This newsletter is designed to answer a handful of bothersome questions relating to your consumption of popular culture. To wit:
Why do movie critics cover movies as if it were still twenty years ago? Why don’t people write about movies the way we experience them now?
What happened to films about human beings? Does the stand-alone movie even exist anymore, or is it all sequels and reboots, and you should just shut up and watch “The Mandalorian”?
How do you keep track of what’s on all the streaming platforms – the ones you subscribe to, the ones you should subscribe to, the ones you don’t remember you subscribe to?
Most importantly: Who can tell you something good to watch on Friday night?
To answer the last first: Me. I can.
Who am I? For the first two decades of this century, I was a film critic and cultural columnist for the Boston Globe. In 2017, I was a finalist for the Pulitzer Prize in Criticism. Before the Globe, I reviewed movies and other pop culture for Entertainment Weekly for eleven years. Before that, I programmed movies on Cinemax and HBO for the better part of the 1980s, and so on back through a late Boomer’s lifelong intoxication with cinema. Short answer: I’ve seen a ridiculous number of movies. I’d like to introduce you to some of the better ones.
Ty Burr’s Watch List works like this: Three times a week, a film recommendation lands in your in-box, with some context, a little history, an anecdote or two, something to make you laugh or ponder. You’ll find plenty of new movies in the mix, especially on Fridays, but also curated choices from recent years and deep cuts from across the decades – the genuine oldies as well as the ones that jump-start your personal nostalgia for the 1970s, ‘80s, or ‘90s.
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On any given week, the movie recommendations might include recent comedies like “Shiva Baby” (above) or throwbacks like the 1999 Kirsten Dunst-Michelle Williams political farce “Dick.” I’ll write about dramas like “Minari” and “Maudie” and “Menashe.”
The List will include foreign greats like Ozu’s “Late Spring” (above) and home-made sleepers like “Starlet,” an early work by Sean Baker (“The Florida Project”). You’ll learn about little movies you probably haven’t heard of (“Supernova,” from 2020, starring Stanley Tucci and Colin Firth, below, as a couple in twilight) and bigger ones you may have missed (“20th Century Women,” from 2016, featuring another Annette Bening performance that should have won an Oscar and didn’t). You’ll be reminded of forgotten gems from both the glory days of the New Hollywood (“The Taking of Pelham One Two Three,” 1974) and from recent years (Ron Howard’s terrific 2013 race-car drama “Rush”), as well as new works like Bo Burnham’s “Inside” that push the boundaries of the form.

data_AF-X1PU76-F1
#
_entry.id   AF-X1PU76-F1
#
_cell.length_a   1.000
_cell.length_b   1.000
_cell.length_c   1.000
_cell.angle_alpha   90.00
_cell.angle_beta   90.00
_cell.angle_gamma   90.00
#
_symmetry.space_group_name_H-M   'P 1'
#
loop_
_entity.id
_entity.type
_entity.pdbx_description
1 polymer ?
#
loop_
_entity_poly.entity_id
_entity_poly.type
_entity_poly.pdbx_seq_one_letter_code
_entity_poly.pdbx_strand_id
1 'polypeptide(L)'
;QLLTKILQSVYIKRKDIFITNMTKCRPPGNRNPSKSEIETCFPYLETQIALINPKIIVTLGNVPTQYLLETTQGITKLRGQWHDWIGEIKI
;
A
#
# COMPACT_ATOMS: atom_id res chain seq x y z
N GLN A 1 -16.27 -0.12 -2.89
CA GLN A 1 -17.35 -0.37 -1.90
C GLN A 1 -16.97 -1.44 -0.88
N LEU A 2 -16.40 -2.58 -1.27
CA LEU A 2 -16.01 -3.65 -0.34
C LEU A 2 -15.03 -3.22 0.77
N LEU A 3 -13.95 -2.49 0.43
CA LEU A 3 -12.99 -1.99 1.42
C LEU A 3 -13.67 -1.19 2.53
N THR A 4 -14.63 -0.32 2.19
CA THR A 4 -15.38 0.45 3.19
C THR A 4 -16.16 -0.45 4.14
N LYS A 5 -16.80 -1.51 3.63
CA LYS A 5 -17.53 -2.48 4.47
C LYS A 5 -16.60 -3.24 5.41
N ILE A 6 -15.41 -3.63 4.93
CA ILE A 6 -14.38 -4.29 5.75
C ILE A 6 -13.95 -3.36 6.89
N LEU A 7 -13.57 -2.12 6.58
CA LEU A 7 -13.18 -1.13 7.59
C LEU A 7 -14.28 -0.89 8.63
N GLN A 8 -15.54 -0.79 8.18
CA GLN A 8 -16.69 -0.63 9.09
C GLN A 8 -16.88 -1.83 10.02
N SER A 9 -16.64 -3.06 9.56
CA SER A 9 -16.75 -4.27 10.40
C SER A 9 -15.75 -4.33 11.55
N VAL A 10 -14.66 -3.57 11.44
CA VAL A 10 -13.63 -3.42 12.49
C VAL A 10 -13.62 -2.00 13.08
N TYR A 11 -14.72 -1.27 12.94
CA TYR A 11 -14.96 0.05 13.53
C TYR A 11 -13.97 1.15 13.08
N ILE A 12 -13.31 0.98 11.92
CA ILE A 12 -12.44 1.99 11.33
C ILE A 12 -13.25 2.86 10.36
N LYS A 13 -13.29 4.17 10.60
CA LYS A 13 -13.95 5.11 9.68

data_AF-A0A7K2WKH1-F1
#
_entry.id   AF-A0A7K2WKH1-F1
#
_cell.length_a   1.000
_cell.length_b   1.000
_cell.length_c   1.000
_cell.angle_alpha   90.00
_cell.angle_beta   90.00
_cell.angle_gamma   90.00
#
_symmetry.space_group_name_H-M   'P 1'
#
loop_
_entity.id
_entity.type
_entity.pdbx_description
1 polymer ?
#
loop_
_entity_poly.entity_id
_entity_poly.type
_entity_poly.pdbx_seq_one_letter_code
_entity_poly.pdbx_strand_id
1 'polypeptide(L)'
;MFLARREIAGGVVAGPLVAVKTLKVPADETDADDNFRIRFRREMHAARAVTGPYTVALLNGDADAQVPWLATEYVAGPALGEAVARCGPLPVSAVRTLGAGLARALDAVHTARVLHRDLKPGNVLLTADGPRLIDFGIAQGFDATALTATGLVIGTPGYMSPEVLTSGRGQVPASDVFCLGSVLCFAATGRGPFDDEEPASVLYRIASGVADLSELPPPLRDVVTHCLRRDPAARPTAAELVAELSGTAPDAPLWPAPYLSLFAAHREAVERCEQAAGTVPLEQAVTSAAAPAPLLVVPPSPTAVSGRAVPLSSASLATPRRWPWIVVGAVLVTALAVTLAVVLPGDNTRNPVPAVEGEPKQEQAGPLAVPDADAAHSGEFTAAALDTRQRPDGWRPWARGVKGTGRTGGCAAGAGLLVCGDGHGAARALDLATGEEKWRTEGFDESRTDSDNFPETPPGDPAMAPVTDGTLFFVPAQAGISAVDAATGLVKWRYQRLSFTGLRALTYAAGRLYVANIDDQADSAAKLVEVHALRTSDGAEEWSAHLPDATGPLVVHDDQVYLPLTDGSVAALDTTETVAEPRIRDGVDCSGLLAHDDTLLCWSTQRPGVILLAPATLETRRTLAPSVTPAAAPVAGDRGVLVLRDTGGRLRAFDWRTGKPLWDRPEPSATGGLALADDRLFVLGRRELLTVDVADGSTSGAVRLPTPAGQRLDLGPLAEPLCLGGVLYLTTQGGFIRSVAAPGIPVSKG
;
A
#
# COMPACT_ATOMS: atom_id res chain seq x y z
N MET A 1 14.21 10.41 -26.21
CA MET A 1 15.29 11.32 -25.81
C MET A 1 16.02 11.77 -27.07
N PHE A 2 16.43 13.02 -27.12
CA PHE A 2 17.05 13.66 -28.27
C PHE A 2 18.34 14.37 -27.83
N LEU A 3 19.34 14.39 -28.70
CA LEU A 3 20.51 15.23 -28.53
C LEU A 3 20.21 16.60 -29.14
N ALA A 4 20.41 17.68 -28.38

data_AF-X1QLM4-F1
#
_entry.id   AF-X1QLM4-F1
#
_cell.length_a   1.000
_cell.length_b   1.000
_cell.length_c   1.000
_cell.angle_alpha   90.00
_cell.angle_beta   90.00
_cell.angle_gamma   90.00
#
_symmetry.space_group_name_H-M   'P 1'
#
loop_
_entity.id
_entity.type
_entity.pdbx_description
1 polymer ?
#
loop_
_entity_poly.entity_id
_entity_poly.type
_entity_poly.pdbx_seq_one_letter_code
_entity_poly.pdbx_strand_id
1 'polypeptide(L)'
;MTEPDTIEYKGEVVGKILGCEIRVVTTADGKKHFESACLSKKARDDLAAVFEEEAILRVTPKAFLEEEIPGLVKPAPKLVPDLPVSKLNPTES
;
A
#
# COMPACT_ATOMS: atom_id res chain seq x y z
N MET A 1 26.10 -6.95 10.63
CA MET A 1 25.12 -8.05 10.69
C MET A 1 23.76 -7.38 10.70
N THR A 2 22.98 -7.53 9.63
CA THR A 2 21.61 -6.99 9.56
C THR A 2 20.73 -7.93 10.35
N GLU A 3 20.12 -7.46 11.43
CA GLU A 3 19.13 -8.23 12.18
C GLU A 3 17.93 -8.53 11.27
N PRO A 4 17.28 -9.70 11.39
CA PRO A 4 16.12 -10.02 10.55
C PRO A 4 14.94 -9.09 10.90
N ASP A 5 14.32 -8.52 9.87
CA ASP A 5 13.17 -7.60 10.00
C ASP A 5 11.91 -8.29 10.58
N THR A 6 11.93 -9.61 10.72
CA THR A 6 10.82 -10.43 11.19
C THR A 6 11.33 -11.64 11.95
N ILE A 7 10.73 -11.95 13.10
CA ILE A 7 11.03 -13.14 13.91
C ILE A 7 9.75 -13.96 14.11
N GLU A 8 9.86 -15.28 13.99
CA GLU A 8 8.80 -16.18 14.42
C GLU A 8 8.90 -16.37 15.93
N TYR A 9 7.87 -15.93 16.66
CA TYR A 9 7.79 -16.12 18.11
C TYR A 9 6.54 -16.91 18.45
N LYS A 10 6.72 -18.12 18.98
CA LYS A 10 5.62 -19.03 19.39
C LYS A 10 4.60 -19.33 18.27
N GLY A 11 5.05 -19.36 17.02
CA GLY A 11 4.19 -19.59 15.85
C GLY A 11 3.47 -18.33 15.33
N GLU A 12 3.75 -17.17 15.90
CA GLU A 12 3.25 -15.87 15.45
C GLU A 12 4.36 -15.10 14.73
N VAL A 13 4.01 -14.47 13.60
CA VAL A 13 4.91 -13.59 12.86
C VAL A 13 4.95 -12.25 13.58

Some of these movies go down like a lemon pop on a summer day. Some test your beliefs, your expectations, your patience. That can be a good thing. There are occasional television series among the recommendations but mostly movies. I’ll talk about theatrical-only releases – understanding that the theatrical experience at its best is the preferred way to see a movie – but more often titles that are also or only available for streaming on one or more of the on-demand platforms. Because that is where we now live.
What you probably won’t find a lot of are franchise blockbusters and heavily digitized action-fantasy fare – the major studios’ current order of business. The better ones, maybe. (“Mad Max: Fury Road,” definitely.) In general, superheroes and souped-up mayhem bore me to tears, and I’m betting enough of you agree to make a go of this. Movies about people are still being made and distributed and, in fact, are more accessible than ever. Ty Burr’s Watch List shows you where they are and why they are.
I may write about music from time to time, drawing on an interest in pop history from the early 20th century up to about the time my first child was born in 1995, which is traditionally the moment a man or woman falls off the back of the pop-culture truck and watches it speed into the distance. And I will certainly have things to say about movie stars, pop stars, TV stars, et al., since I believe that public personas are the coin of our conversations more than ever and that who we choose to argue about says more about us than them. (And, yes, that’s a plug for my 2013 book “Gods Like Us: On Movie Stardom and Modern Fame.”)
I may write about birds every so often, too, because once you see a painted bunting, it’s hard to go back.
In an era of binge TV, though, allow me to defend the virtues of the one-off film experience. Every movie is a compact two-hour window onto a different reality, and you never know which reality might alter your own. Way back in 2005, I reviewed a lovely little documentary called “Mad Hot Ballroom,” about New York schoolkids learning old-style partner dancing. A number of years after the piece ran, a man came up to me after a talk I’d given and said he’d read that review, gone to see the movie, and been so taken with it that he’d opened up his own after-school ballroom-dancing program for disadvantaged students on Boston’s South Shore, which had turned out to be a big success. In other words, I had pointed to a window and he had turned that window into a door. Through that door had come dozens, maybe hundreds of boys and girls whose lives acquired rhythm, steps, a little grace.
For me, that story alone makes 40 years of writing about movies worth the effort. I can’t promise you that you’ll come out of Ty Burr’s Watch List knowing how to swing dance. But I can guarantee you’ll see some good movies on the way.
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